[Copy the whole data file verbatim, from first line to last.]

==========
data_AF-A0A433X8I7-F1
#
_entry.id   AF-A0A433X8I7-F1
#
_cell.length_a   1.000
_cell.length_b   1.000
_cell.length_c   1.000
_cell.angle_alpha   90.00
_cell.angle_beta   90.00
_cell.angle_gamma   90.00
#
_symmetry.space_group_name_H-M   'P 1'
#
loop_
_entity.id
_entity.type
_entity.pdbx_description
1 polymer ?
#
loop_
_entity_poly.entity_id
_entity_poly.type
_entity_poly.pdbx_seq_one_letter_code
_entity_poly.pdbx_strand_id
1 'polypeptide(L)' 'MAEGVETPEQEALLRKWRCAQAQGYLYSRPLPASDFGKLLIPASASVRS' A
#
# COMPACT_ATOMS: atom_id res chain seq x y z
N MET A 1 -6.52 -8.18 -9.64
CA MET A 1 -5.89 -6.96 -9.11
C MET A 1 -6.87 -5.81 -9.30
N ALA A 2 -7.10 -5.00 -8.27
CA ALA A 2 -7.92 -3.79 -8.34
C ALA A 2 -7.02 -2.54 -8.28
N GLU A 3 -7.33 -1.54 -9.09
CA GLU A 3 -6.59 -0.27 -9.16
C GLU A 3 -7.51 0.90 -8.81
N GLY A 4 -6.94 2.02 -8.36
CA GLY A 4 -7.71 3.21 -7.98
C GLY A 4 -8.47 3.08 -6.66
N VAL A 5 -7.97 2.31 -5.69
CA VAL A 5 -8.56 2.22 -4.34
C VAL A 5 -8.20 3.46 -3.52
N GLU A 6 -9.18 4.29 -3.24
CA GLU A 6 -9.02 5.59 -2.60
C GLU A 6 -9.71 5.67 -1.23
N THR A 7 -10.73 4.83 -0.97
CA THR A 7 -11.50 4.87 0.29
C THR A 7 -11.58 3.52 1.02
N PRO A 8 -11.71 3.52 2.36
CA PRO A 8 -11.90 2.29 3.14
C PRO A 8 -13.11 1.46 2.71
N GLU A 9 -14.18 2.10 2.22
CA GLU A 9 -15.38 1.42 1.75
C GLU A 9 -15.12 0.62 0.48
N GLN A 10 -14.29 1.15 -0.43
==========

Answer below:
data_AF-A0A433X8I7-F1
#
_entry.id   AF-A0A433X8I7-F1
#
_cell.length_a   1.000
_cell.length_b   1.000
_cell.length_c   1.000
_cell.angle_alpha   90.00
_cell.angle_beta   90.00
_cell.angle_gamma   90.00
#
_symmetry.space_group_name_H-M   'P 1'
#
loop_
_entity.id
_entity.type
_entity.pdbx_description
1 polymer ?
#
loop_
_entity_poly.entity_id
_entity_poly.type
_entity_poly.pdbx_seq_one_letter_code
_entity_poly.pdbx_strand_id
1 'polypeptide(L)' 'MAEGVETPEQEALLRKWRCAQAQGYLYSRPLPASDFGKLLIPASASVRS' A
#
# COMPACT_ATOMS: atom_id res chain seq x y z
N MET A 1 -6.52 -8.18 -9.64
CA MET A 1 -5.89 -6.96 -9.11
C MET A 1 -6.87 -5.81 -9.30
N ALA A 2 -7.10 -5.00 -8.27
CA ALA A 2 -7.92 -3.79 -8.34
C ALA A 2 -7.02 -2.54 -8.28
N GLU A 3 -7.33 -1.54 -9.09
CA GLU A 3 -6.59 -0.27 -9.16
C GLU A 3 -7.51 0.90 -8.81
N GLY A 4 -6.94 2.02 -8.36
CA GLY A 4 -7.71 3.21 -7.98
C GLY A 4 -8.47 3.08 -6.66
N VAL A 5 -7.97 2.31 -5.69
CA VAL A 5 -8.56 2.22 -4.34
C VAL A 5 -8.20 3.46 -3.52
N GLU A 6 -9.18 4.29 -3.24
CA GLU A 6 -9.02 5.59 -2.60
C GLU A 6 -9.71 5.67 -1.23
N THR A 7 -10.73 4.83 -0.97
CA THR A 7 -11.50 4.87 0.29
C THR A 7 -11.58 3.52 1.02
N PRO A 8 -11.71 3.52 2.36
CA PRO A 8 -11.90 2.29 3.14
C PRO A 8 -13.11 1.46 2.71
N GLU A 9 -14.18 2.10 2.22
CA GLU A 9 -15.38 1.42 1.75
C GLU A 9 -15.12 0.62 0.48
N GLN A 10 -14.29 1.15 -0.43